I completed my undergraduate education in Sports Science and Physical Education at The Chinese University of Hong Kong, a Master of Philosophy at the Hong Kong Baptist University. Then, I pursued my PhD in Exercise Science (concentration in health aspect of physical activity) at the University of South Carolina, United States. My dissertation focused on factors influencing implementation of physical activity interventions in youth-serving organizations. After completing my PhD in August, 2015, I received a postdoctoral fellowship in physical activity and applied public health funded by the Canadian Institute of Health Research and started my postdoc training in School of Kinesiology, University of British Columbia, under the mentorship of Dr. Guy Faulkner.

As a postdoctoral research fellow, my role is to support and assist evaluations of national, provincial, and local policy and/or programs to promote physical activity or reduce sedentary behavior. Currently, I am one of the evaluation leads of the UpnGo with ParticipACTION program, a year-long evidence-based physical activity program that aims to get employees to sit less and move more through creation of an active workplace culture by using an ICT-platform and real-life activities. In addition to outcome evaluation, this program will include comprehensive formative assessments and process evaluations that allow us to examine the effects of organizational characteristics on program uptake, and to assess implementation fidelity and its effects on program effectiveness. I am also conducting secondary data analyses using national datasets to examine correlates of youth physical activity at the population level.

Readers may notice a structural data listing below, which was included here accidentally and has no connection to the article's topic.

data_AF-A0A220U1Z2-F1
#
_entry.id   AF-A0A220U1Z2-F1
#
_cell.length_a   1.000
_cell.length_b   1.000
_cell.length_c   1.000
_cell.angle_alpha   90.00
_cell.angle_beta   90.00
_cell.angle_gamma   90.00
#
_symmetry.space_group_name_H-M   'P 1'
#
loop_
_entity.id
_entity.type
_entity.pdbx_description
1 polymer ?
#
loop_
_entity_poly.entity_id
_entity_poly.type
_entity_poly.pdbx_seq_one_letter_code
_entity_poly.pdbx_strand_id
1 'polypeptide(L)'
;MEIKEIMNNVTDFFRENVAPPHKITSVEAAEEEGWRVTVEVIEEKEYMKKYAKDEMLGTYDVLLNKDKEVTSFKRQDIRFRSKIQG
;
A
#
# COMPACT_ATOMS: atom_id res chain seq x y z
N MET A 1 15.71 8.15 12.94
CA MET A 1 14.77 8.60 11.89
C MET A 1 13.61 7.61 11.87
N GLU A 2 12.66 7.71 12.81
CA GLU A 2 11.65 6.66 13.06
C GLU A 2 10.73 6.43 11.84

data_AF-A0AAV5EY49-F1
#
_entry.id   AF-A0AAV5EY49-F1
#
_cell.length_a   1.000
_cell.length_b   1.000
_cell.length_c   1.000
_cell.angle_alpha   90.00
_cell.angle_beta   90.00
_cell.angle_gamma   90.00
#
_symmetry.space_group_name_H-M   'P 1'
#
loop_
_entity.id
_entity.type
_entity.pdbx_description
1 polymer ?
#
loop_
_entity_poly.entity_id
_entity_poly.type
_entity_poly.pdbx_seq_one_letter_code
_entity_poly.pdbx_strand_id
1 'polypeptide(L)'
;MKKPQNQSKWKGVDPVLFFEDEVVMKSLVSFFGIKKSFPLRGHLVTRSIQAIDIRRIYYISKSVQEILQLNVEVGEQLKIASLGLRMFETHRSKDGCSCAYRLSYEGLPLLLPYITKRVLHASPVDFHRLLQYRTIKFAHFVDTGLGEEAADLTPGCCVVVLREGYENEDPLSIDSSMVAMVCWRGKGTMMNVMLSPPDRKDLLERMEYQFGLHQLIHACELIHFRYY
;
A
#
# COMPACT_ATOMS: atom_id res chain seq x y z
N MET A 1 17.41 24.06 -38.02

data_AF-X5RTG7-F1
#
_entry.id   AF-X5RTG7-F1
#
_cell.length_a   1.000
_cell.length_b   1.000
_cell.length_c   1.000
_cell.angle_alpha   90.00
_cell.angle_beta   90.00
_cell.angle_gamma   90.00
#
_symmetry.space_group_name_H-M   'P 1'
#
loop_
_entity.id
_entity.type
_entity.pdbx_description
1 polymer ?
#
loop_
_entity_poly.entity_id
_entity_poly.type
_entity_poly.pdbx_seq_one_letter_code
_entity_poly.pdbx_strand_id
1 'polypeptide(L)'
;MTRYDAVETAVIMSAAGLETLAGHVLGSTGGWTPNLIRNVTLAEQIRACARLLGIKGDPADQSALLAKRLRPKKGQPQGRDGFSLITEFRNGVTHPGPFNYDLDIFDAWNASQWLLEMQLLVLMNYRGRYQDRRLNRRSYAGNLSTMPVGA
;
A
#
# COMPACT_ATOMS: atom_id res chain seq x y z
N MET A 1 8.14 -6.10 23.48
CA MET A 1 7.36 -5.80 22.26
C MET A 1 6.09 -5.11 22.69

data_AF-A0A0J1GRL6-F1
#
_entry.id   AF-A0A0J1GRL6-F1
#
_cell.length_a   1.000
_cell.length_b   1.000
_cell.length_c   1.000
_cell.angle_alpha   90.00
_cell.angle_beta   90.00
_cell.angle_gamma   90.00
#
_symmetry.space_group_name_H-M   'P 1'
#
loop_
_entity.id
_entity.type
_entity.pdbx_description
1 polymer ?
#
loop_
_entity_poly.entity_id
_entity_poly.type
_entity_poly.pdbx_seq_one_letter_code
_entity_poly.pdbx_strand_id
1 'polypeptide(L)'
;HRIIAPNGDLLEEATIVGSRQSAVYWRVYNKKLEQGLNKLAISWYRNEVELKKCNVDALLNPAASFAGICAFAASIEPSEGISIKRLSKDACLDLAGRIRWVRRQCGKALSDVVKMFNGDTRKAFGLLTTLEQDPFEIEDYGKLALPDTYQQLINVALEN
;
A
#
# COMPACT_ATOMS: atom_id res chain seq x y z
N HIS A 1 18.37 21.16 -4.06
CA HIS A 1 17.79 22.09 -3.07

My goal is to use implementation and outcome evaluation research to promote successful dissemination of evidence-based physical activity interventions at the population level. If you would like to learn more about my research, please contact me at erica.lau@ubc.ca

DSC_0002Carly Priebe, PhD
Postdoctoral Research Fellow